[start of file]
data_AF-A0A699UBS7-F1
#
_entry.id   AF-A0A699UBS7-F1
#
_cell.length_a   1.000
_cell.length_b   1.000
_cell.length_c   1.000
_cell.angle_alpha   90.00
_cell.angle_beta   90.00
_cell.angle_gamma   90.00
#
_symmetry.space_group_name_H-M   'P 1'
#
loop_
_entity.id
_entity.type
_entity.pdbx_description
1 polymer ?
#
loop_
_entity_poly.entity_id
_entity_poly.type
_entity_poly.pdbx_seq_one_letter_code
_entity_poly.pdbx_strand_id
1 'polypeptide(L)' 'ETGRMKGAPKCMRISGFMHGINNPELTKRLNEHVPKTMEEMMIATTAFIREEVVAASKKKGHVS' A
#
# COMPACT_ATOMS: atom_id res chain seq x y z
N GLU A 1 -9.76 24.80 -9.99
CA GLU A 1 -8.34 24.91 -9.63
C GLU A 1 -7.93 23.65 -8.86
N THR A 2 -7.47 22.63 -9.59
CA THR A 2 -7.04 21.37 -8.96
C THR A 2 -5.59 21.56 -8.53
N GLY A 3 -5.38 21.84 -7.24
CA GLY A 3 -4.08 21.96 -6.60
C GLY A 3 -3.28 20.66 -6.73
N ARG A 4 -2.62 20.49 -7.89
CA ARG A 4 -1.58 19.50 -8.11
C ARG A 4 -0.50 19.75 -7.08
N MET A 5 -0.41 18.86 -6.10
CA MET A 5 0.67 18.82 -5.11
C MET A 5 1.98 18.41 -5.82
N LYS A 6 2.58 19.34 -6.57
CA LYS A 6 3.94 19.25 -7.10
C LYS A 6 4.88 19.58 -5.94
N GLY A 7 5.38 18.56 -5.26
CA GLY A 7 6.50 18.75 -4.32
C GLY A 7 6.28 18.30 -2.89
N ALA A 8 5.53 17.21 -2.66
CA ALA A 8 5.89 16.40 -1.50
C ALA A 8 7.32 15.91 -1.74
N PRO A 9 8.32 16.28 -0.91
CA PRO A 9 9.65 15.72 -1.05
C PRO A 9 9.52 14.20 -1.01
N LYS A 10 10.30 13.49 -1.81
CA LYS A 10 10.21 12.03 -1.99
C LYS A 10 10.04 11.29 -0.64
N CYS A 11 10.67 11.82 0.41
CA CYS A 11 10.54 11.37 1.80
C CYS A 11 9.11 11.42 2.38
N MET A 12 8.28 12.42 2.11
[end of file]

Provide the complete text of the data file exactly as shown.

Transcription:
data_AF-A0A699UBS7-F1
#
_entry.id   AF-A0A699UBS7-F1
#
_cell.length_a   1.000
_cell.length_b   1.000
_cell.length_c   1.000
_cell.angle_alpha   90.00
_cell.angle_beta   90.00
_cell.angle_gamma   90.00
#
_symmetry.space_group_name_H-M   'P 1'
#
loop_
_entity.id
_entity.type
_entity.pdbx_description
1 polymer ?
#
loop_
_entity_poly.entity_id
_entity_poly.type
_entity_poly.pdbx_seq_one_letter_code
_entity_poly.pdbx_strand_id
1 'polypeptide(L)' 'ETGRMKGAPKCMRISGFMHGINNPELTKRLNEHVPKTMEEMMIATTAFIREEVVAASKKKGHVS' A
#
# COMPACT_ATOMS: atom_id res chain seq x y z
N GLU A 1 -9.76 24.80 -9.99
CA GLU A 1 -8.34 24.91 -9.63
C GLU A 1 -7.93 23.65 -8.86
N THR A 2 -7.47 22.63 -9.59
CA THR A 2 -7.04 21.37 -8.96
C THR A 2 -5.59 21.56 -8.53
N GLY A 3 -5.38 21.84 -7.24
CA GLY A 3 -4.08 21.96 -6.60
C GLY A 3 -3.28 20.66 -6.73
N ARG A 4 -2.62 20.49 -7.89
CA ARG A 4 -1.58 19.50 -8.11
C ARG A 4 -0.50 19.75 -7.08
N MET A 5 -0.41 18.86 -6.10
CA MET A 5 0.67 18.82 -5.11
C MET A 5 1.98 18.41 -5.82
N LYS A 6 2.58 19.34 -6.57
CA LYS A 6 3.94 19.25 -7.10
C LYS A 6 4.88 19.58 -5.94
N GLY A 7 5.38 18.56 -5.26
CA GLY A 7 6.50 18.75 -4.32
C GLY A 7 6.28 18.30 -2.89
N ALA A 8 5.53 17.21 -2.66
CA ALA A 8 5.89 16.40 -1.50
C ALA A 8 7.32 15.91 -1.74
N PRO A 9 8.32 16.28 -0.91
CA PRO A 9 9.65 15.72 -1.05
C PRO A 9 9.52 14.20 -1.01
N LYS A 10 10.30 13.49 -1.81
CA LYS A 10 10.21 12.03 -1.99
C LYS A 10 10.04 11.29 -0.64
N CYS A 11 10.67 11.82 0.41
CA CYS A 11 10.54 11.37 1.80
C CYS A 11 9.11 11.42 2.38
N MET A 12 8.28 12.42 2.11